We the People: The Fourteenth Amendment and the Supreme Court

Portada
Oxford University Press, 2001 M11 8 - 286 páginas
Several of the most divisive moral conflicts that have beset Americans in the period since World War II have been transmuted into constitutional conflicts and resolved as such. In his new book, eminent legal scholar Michael Perry evaluates the grave charge that the modern Supreme Court has engineered a "judicial usurpation of politics." In particular, Perry inquires which of several major Fourteenth Amendment conflicts--over race segregation, race-based affirmative action, sex-based discrimination, homosexuality, abortion, and physician-assisted suicide--have been resolved as they should have been. He lays the necessary groundwork for his inquiry by addressing questions of both constitutional theory and constitutional history. A clear-eyed examination of some of the perennial controversies in American life, We the People is a major contribution to modern constitutional studies.

Dentro del libro

Comentarios de la gente - Escribir un comentario

No encontramos ningún comentario en los lugares habituales.

Páginas seleccionadas

Contenido

The Judicial Usurpation of Politics
3
2 What Is the Constitution? And Other Fundamental Questions
15
What Norms Did We the People Establish?
48
Segregation and Affirmative Action
88
Sex and Sexual Orientation
117
Abortion and PhysicianAssisted Suicide
151
7 Concluding Reflections
180
Notes
187
Index
259
Derechos de autor

Otras ediciones - Ver todas

Términos y frases comunes

Pasajes populares

Página 100 - States to make and enforce contracts, to sue, be parties, and give evidence, to inherit, purchase, lease, sell, hold and convey real and personal property, and to full and equal benefit of all laws and proceedings for the security of person and property as is enjoyed by white citizens, and shall be subject to like punishment, pains and penalties, and to none other, any law, statute, ordinance, regulation, or custom, to the contrary notwithstanding.
Página 51 - That all persons born in the United States and not subject to any foreign power, excluding Indians not taxed, are hereby declared to be citizens of the United States...
Página 32 - Everyone has the right to freedom of expression. This right shall include freedom to hold opinions and to receive and impart information and ideas without interference by public authority and regardless of frontiers.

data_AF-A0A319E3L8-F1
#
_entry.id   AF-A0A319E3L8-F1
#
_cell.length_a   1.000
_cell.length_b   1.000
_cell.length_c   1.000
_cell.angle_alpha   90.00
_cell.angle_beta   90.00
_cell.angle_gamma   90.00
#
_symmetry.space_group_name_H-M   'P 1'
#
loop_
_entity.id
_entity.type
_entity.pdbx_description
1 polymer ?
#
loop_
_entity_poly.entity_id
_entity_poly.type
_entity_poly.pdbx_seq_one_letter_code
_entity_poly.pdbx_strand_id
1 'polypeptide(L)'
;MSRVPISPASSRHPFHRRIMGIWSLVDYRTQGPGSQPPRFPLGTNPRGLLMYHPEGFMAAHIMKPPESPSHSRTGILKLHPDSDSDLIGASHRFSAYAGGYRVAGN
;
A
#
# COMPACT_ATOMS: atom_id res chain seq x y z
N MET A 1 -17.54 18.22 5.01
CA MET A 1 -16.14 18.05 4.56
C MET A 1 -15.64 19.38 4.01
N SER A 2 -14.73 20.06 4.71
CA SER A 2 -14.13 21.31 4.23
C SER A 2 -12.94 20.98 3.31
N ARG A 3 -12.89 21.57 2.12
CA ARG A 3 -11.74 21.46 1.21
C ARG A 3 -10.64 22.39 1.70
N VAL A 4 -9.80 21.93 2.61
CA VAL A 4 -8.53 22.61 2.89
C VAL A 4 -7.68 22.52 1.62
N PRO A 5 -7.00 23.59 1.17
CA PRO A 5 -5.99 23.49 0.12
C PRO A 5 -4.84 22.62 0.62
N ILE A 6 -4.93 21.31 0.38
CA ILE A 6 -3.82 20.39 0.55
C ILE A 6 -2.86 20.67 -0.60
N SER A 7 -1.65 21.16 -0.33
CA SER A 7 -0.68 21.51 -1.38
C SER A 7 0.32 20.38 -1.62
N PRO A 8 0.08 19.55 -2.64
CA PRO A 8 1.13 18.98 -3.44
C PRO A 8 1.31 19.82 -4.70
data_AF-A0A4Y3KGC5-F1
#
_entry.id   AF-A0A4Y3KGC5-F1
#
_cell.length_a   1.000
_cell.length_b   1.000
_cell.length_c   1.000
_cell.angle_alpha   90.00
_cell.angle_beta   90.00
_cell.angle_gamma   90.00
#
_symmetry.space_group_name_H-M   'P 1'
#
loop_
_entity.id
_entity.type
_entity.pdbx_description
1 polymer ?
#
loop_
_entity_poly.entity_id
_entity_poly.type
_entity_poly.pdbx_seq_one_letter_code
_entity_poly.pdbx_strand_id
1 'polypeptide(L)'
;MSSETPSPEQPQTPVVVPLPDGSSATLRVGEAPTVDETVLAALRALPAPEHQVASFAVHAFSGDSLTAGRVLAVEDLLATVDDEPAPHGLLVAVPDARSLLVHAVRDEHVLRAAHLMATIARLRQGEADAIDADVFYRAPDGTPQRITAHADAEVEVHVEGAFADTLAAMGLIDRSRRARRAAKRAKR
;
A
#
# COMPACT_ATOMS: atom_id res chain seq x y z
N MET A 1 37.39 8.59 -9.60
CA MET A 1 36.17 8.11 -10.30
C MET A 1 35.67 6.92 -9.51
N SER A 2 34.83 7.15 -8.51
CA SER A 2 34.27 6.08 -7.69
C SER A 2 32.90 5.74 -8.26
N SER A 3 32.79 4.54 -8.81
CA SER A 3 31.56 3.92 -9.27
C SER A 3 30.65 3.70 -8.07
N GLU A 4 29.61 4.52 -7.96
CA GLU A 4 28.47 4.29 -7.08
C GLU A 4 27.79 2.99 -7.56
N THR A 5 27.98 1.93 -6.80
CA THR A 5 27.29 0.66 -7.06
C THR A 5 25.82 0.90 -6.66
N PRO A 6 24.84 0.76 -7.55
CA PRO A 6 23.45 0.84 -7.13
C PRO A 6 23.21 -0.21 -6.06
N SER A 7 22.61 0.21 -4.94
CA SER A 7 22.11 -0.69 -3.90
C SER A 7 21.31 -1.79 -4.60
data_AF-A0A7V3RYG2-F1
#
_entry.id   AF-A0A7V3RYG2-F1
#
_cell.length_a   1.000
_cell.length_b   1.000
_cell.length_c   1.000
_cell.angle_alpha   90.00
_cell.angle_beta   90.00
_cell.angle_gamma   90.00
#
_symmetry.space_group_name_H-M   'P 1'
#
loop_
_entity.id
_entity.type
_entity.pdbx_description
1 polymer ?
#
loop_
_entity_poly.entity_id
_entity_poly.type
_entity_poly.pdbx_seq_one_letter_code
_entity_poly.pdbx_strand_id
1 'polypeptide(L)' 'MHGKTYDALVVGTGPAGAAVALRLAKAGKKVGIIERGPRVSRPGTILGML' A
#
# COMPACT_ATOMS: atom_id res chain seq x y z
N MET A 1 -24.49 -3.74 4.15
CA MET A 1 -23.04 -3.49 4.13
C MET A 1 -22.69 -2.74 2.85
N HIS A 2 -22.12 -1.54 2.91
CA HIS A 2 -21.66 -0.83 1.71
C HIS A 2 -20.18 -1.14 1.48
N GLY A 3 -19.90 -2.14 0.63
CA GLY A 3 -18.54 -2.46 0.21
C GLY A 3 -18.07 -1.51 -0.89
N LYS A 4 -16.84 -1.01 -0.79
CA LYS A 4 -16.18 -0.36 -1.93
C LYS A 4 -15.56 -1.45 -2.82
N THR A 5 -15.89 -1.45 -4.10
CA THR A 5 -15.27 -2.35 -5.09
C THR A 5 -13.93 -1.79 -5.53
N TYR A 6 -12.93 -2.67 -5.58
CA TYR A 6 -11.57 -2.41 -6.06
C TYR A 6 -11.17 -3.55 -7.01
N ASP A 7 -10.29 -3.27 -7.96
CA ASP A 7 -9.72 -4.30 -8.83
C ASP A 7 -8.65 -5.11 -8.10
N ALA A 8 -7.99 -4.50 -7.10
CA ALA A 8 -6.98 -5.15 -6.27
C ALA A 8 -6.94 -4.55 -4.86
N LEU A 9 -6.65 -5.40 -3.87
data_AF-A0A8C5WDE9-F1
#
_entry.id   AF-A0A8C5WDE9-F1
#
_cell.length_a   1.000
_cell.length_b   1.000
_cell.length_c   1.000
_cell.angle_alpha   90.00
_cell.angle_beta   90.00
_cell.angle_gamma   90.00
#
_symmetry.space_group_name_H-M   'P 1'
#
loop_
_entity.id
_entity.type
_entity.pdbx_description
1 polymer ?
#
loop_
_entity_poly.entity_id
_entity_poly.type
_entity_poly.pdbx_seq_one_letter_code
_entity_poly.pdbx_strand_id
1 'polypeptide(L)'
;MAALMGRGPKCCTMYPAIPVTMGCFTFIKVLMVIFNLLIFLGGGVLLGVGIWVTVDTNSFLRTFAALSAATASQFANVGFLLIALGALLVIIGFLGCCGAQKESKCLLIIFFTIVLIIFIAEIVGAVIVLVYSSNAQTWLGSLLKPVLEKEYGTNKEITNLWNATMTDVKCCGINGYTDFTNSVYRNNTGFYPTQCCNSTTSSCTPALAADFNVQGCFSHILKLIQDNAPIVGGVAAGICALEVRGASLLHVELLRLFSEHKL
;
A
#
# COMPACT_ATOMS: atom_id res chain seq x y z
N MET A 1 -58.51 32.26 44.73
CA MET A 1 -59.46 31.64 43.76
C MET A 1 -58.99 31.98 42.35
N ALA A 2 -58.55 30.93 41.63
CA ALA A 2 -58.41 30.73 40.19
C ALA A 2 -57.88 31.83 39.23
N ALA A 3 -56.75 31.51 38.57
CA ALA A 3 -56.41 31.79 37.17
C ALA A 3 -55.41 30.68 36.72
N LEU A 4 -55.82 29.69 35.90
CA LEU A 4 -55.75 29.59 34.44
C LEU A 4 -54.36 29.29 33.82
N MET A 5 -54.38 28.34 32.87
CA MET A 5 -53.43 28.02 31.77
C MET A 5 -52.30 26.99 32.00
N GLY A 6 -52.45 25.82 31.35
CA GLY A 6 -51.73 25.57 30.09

Página 2 - Congress, or as an officer of the United States, or as a member of any State Legislature, or as an executive or judicial officer of any State, to support the Constitution of the United States, shall have engaged in insurrection or rebellion against the same, or given aid and comfort to the enemies thereof. But Congress may, by a vote of two-thirds of each House, remove such disability.
Página 39 - At the same time the candid citizen must confess that if the policy of the Government upon vital questions affecting the whole people is to be irrevocably fixed by decisions of the Supreme Court the instant they are made, in ordinary litigation between parties in personal actions, the people will have ceased to be their own rulers, having to that extent practically resigned their government into the hands of that eminent tribunal.
Página 155 - Maternity, or additional offspring, may force upon the woman a distressful life and future. Psychological harm may be imminent. Mental and physical health may be taxed by child care. There is also the distress for all concerned, associated with the unwanted child...
Página 55 - ... the freedom of the slave race, the security and firm establishment of that freedom, and the protection of the newly -made freeman and citizen from the oppressions of those who had formerly exercised unlimited dominion over him.
Página 198 - All new laws, though penned with the greatest technical skill and passed on the fullest and most mature deliberation, are considered as more or less obscure and equivocal until their meaning be liquidated and ascertained by a series of particular discussions and adjudications.
Página 100 - Territory in the United States to make and enforce contracts; to sue, be parties, and give evidence ; to inherit, purchase, lease, sell, hold, and convey real and personal property...

Acerca del autor (2001)

Michael J. Perry holds the University Distinguished Chair in Law at Wake Forest University. From 1982 to 1997, he taught at the Northwestern University School of Law, where he held the Howard J. Trienens Chair in Law. Perry is the author of several books, including The Idea of Human Rights: Four Inquiries (Oxford, 1998), Religion in Politics: Constitutional and Moral Perspectives (Oxford, 1997), The Constitution in the Courts: Law or Politics? (Oxford, 1994), and Love and Power: The Role of Religion and Morality in American Politics (Oxford, 1991).

Información bibliográfica